Three-Phase Lesson Planning

8543315720_4c4676260bOne elegantly simple way to lesson plan is to go through these three phases:

  1. I do it
  2. We do it
  3. You do it

In other words, first you introduce what the students will be learning. Then you all practice it together. Lastly, students have the opportunity to practice it more independently.

I want to be clear that I did not invent this. I learned about it in several conversations and trainings. It’s not the only way to lesson plan – just a really helpful tool to have at your disposal.

Five things I love about this lesson planning lens:

  1. “Do.” In a language classroom, we are using the language to do things. We should not just be learning about the language.
  2. Teacher Talk (or TTT) is in its place. It serves phases two and three. It introduces and then steps aside. It is not the point.
  3. Metacognition. Students need to have ownership of their own learning. One way we can support this, even within the confines of a syllabus-led class, is to be up front about the strategies we use. This lesson plan is an easy one to communicate.
  4. Buy-in. Some students might not think that group work or fluency activities are “serious.” Particularly adults accustomed to a non-communicative way of language learning. Showing that this is an intentional part of a methodical plan can help them try it out with an open mind.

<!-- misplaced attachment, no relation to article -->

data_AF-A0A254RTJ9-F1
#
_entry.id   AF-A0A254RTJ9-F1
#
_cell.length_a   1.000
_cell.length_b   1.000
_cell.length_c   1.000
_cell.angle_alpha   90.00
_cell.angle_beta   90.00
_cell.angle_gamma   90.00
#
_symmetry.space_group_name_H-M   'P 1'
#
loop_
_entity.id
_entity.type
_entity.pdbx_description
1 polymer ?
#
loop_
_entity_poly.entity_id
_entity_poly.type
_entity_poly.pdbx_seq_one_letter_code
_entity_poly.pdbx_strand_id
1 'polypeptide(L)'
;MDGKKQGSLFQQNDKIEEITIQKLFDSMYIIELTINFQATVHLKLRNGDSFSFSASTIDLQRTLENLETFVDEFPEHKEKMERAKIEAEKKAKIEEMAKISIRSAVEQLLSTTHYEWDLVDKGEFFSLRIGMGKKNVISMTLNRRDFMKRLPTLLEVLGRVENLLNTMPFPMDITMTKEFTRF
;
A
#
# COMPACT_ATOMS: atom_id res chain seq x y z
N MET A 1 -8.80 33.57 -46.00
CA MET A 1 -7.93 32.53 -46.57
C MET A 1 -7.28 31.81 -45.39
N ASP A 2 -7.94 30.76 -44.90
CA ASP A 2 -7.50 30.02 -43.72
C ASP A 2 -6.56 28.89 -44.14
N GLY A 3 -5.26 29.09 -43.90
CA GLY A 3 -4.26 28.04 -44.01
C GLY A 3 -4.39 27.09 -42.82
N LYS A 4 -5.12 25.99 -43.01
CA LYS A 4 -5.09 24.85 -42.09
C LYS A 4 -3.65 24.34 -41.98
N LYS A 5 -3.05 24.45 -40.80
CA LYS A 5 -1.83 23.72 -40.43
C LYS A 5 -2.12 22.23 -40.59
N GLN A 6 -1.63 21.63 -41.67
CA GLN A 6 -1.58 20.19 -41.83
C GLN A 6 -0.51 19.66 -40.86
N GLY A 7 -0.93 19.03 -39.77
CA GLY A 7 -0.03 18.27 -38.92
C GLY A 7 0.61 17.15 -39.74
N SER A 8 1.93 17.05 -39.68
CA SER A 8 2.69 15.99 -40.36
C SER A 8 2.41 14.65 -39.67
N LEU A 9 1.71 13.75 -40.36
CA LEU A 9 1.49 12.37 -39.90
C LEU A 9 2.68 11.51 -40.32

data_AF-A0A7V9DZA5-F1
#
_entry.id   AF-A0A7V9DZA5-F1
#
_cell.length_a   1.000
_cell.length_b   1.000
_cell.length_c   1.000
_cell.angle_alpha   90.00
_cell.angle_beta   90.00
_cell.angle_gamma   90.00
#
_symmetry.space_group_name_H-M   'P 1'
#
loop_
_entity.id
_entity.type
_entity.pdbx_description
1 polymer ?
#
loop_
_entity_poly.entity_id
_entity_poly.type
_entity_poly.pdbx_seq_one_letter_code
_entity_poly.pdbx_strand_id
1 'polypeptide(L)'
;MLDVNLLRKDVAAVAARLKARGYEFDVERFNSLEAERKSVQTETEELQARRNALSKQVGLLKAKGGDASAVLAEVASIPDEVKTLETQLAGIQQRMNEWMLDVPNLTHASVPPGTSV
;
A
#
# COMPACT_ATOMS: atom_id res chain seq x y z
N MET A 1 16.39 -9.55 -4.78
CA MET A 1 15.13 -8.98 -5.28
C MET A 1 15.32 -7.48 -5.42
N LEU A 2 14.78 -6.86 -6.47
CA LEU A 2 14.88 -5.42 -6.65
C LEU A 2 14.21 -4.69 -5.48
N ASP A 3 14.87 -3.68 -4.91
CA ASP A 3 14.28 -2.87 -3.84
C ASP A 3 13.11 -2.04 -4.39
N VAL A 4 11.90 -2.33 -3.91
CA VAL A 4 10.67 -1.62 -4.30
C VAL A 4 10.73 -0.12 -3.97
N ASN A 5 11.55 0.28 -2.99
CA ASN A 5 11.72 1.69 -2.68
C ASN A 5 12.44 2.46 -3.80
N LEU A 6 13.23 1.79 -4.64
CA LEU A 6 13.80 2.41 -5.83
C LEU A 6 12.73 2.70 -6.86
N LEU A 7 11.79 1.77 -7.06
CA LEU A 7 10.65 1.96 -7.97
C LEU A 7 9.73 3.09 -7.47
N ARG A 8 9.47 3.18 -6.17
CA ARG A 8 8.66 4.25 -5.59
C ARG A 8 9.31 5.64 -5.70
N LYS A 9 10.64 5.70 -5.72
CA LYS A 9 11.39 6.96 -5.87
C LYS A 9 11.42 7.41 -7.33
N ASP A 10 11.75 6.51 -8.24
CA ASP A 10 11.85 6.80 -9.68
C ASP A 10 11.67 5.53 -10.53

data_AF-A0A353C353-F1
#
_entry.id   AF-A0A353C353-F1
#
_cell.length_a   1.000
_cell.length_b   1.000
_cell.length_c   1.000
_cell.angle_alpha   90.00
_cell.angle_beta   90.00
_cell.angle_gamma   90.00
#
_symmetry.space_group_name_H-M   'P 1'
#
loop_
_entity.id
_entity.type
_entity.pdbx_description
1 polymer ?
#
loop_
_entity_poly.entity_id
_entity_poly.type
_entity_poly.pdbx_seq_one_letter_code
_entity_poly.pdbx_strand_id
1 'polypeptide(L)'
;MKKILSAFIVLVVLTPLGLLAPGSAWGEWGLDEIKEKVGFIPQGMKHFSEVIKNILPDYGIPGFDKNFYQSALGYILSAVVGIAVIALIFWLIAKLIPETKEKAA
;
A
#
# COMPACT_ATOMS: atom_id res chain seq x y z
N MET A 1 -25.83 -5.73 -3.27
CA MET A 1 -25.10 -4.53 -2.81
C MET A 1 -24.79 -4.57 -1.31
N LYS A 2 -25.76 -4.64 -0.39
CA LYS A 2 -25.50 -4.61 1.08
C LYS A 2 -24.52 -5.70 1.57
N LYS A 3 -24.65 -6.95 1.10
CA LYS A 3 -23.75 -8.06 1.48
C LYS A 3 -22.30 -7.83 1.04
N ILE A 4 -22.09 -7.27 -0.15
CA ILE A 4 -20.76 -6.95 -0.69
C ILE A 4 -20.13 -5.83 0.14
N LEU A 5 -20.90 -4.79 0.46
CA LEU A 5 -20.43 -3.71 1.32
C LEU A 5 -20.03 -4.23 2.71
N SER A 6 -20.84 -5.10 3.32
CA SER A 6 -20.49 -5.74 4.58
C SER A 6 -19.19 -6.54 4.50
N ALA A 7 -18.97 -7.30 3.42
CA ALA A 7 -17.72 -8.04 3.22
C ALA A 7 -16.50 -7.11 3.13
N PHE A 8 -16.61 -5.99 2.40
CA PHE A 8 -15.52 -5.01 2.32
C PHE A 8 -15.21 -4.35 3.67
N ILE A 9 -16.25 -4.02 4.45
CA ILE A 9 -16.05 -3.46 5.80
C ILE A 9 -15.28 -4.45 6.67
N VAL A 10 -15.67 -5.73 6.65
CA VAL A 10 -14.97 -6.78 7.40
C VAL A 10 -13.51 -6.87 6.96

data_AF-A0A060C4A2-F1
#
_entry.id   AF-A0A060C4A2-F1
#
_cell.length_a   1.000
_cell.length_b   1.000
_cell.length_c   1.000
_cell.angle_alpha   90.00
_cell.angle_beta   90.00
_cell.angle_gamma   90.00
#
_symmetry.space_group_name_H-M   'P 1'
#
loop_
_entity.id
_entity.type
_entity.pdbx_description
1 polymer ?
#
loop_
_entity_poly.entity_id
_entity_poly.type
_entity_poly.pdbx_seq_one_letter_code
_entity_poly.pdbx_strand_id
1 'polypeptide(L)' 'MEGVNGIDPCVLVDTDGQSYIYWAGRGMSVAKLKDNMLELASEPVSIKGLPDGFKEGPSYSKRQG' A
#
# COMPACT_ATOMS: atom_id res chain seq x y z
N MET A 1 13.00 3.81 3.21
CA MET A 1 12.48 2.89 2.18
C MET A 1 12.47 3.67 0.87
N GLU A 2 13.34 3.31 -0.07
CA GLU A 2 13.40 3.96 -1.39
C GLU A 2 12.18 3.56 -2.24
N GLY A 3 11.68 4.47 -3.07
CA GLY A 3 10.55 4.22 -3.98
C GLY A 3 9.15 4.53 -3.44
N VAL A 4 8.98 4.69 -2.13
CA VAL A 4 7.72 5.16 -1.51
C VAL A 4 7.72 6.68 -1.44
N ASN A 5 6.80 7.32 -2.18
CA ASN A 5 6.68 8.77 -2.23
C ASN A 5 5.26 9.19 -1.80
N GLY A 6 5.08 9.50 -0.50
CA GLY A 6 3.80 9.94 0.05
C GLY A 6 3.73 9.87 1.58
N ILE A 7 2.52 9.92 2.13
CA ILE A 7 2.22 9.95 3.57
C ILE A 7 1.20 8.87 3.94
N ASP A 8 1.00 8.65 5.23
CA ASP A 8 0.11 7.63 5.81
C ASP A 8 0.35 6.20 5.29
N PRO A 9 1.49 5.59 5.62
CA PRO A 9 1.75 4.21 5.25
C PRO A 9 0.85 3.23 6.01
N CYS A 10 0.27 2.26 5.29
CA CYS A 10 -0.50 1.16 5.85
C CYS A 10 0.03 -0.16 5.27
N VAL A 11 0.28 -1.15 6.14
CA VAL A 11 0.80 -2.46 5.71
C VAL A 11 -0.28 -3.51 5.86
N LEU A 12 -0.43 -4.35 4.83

5. Over-thinker support. I am a classic over-thinker. There are lots of detailed lesson planning suggestions out there, and they rightly point out the bazillion factors you should consider in your lesson plan. This one helps me take a step back and see in broad strokes if I have a pretty good plan or if I’ve been rearranging deck chairs on the Titanic.

Does anyone out there use this lesson planning method?

Photo Credit: Tim Green on Flickr

You’re reading Three Phase Lesson Planning, originally posted at LearningToTeachEnglish.com.

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3 thoughts on “Three-Phase Lesson Planning

  1. I definitely use this lesson plan idea (even in non-ESL lessons). I learned about it in my Education classes back in Canada. We called it: explicit teaching, dependent practice, and independent practice. Same thing though, just more convoluted language. 😛

  2. Maybe higher level vocabulary, but also somewhat more descriptive. 🙂 I’m curious to hear about it in a non-ESL setting if you’d like to share!

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